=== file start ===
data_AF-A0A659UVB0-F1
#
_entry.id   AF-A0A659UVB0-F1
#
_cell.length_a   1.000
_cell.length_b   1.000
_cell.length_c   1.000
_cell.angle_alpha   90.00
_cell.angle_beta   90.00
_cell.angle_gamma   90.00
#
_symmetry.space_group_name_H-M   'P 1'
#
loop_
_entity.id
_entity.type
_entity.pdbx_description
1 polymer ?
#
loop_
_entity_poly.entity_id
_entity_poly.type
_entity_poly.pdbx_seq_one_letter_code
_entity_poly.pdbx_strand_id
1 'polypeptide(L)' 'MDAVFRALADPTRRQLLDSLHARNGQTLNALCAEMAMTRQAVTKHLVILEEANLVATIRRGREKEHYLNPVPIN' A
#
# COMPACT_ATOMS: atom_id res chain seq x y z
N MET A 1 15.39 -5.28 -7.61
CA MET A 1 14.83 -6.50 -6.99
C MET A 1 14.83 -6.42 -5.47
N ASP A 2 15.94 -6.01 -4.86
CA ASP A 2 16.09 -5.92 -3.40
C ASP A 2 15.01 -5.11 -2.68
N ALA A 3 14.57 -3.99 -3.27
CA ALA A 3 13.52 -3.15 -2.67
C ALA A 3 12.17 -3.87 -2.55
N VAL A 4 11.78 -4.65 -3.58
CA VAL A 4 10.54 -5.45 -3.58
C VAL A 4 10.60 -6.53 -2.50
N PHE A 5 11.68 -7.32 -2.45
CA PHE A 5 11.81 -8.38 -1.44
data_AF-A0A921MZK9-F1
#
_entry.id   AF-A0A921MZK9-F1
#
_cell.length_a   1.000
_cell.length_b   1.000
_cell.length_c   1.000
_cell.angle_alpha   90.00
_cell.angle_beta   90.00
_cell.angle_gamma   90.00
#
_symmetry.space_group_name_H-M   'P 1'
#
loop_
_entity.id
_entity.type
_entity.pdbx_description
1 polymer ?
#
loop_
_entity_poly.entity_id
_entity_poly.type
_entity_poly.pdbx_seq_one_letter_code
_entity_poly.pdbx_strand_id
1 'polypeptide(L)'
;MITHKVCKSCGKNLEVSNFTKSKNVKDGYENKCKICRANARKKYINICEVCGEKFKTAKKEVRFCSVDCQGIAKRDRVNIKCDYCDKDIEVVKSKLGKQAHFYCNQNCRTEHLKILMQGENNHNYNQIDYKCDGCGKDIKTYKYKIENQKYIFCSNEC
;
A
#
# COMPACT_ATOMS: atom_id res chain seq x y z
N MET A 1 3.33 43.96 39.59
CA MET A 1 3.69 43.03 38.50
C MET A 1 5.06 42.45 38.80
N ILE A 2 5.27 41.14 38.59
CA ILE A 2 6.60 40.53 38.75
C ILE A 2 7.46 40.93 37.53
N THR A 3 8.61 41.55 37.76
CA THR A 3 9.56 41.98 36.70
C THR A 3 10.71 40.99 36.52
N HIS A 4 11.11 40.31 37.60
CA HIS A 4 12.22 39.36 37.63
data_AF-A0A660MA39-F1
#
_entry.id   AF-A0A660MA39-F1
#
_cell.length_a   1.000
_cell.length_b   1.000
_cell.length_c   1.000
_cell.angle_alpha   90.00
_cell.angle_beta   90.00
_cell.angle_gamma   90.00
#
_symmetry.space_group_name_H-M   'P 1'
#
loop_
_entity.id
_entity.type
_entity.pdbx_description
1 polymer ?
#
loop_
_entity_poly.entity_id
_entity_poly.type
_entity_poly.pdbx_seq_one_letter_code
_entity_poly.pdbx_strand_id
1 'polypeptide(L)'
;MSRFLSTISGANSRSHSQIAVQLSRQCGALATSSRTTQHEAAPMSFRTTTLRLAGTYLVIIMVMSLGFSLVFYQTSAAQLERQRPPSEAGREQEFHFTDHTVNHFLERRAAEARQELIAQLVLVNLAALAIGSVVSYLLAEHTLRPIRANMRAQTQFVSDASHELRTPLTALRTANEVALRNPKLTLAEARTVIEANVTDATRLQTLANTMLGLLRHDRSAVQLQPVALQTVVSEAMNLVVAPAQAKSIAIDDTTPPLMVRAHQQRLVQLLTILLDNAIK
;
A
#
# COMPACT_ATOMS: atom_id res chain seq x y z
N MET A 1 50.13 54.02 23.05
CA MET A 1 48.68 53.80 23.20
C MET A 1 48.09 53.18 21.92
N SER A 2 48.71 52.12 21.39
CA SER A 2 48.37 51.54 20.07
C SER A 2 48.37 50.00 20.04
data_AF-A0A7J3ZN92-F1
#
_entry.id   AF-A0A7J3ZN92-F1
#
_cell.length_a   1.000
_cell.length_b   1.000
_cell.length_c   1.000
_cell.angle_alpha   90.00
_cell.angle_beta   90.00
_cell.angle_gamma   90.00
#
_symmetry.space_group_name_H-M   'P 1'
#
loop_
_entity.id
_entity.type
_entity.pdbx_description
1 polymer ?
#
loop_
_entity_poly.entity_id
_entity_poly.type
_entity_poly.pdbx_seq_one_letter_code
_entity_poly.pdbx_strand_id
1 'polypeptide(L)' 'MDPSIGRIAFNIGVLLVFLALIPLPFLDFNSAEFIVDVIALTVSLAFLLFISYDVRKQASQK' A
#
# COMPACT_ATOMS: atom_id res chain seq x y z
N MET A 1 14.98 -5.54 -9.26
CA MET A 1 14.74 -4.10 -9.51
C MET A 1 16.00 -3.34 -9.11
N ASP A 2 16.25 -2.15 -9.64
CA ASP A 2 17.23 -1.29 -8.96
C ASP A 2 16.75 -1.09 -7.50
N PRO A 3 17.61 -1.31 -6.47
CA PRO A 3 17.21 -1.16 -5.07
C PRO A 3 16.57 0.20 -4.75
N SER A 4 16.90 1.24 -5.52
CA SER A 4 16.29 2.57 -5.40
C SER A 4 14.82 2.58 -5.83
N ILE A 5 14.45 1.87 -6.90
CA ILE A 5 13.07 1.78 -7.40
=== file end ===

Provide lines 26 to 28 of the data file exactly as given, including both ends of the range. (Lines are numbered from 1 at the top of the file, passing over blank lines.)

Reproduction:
#
# COMPACT_ATOMS: atom_id res chain seq x y z
N MET A 1 15.39 -5.28 -7.61